Fake news has been very much in the real news this week. Facebook in particular has been in the hot seat for the proliferation of false stories and misinformation over the 2016 presidential campaign. Many fear fake news on the internet and social media not only influenced the election but is also further dividing the American people and eroding the core principles of democracy.
As we get the facts on fake news, let’s have a look at what the word fake might be hiding in its etymology.
The Oxford English Dictionary (OED) first attests the adjective fake, meaning “spurious” or “counterfeit,” in a 1775 letter from William Howe, who rose to Commander-in-Chief of the British Army during the American Revolution. He wrote: “So many artifices have been practiced upon Strangers under the appearance of Friendship, fake Pilots &c., that those coming out with Stores…cannot be put too much on their guard.”
By 1819, fake was a verb used by thieves as slang for “doing (something) for the purpose of deception.” The OED provides a passage from James Hardy Vaux, an English convict who served time in Australian penal colonies and authored A New Vocabulary of the Flash Language, with “flash language” referring to the secret cant criminals used to evade and confuse the authorities. It’s worth quoting Vaux’s entry for fake at length. Fake is:
a word so variously used, that I can only illustrate it by a few examples. To fake any person or place, may signify to rob them; to fake a person, may also imply to shoot, wound, or cut; to fake a man out and out, is to kill him; a man who inflicts wounds upon, or otherwise disfigures, himself, for any sinister purpose, is said to have faked himself; if a man’s shoe happens to pinch, or gall his foot, from its being overtight, he will complain that his shoe fakes his foot sadly; it also describes the doing of any act, or the fabricating any thing, as, to fake your slangs, is to cut your irons in order to escape from custody;to fake your pin, is to create a sore leg, or to cut it, as if accidentally, with an axe, etc., in hopes to obtain a discharge from the army or navy, to get into the doctor’s list, etc.; to fake a screeve, is to write a letter, or other paper; to fake a screw, is to shape out a skeleton or false key, for the purpose of screwing a particular place; to fake a cly, is to pick a pocket; etc., etc., etc.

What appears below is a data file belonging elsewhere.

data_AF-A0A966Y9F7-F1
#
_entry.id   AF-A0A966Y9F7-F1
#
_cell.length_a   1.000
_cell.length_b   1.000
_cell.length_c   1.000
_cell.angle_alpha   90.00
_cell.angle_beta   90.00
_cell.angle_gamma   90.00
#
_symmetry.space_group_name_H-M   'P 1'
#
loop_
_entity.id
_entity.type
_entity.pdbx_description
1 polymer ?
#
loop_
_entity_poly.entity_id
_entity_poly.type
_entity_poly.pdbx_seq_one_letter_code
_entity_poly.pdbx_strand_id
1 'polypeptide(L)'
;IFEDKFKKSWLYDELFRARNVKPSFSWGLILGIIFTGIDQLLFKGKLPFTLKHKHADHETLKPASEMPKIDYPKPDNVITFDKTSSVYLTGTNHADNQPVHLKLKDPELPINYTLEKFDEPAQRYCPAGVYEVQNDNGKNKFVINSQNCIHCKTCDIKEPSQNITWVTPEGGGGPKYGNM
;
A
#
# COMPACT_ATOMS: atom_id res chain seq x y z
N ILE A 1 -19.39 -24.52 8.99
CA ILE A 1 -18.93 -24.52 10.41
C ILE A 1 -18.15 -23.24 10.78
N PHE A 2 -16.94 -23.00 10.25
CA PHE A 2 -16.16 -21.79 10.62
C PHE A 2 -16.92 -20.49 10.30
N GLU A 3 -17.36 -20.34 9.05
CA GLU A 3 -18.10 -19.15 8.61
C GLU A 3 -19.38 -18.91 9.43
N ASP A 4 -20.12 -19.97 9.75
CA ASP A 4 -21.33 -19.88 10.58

To fake it emerges in the 1920s as jazz slang for “improvise.” To fake, or “pretend,” is by the 1940s. A fake, meanwhile, appears by the 1820s, a faker by the 1840s. Sports saw its feinting fake by the 1930-40s. And Charles Dickens’s pickpocketing Fagin in Oliver Twist (1838) indeed suggests feague and fake.
The origin of fake, in spite of these incredible citations, is obscure. Many etymologists look to the German fegen (or Dutch vegen), which meant “to sweep,” “clean,” or “polish,” a verb much evidenced as slang terms for “plundering” or “tormenting.” This fegen may have yielded the late 16th-century English word feague, “to beat” or “whip,” which evolved into fake, possibly by means of feak, “to twitch” or “jerk.” The connecting sense between German’s fegen and English’s fake is of sprucing something up to make it look more valuable than it actually is.
The fegen explanation is compelling but problematic, as the Barnhart Dictionary of Etymology observes. For the earliest evidence of fake, for “false,” comes from Howe, who was an upper-class man of the military and government, while Vaux was a lower-class, thrice-convicted thief (though impressive man of letters, as his dictionary is considered the first written Australia). Slang typically emerges from the streets, so to speak, and crosses over into mainstream, standard dialect, not the other way around. Barnhart suggests that Howe’s fake and Vaux’s fake may well be different words, both with unknown origins.
As any etymologist worth their salt will tell you, it’s better to leave the origin of a word truly unknown than to traffic in phonies, no matter how much you might want to share them on Facebook.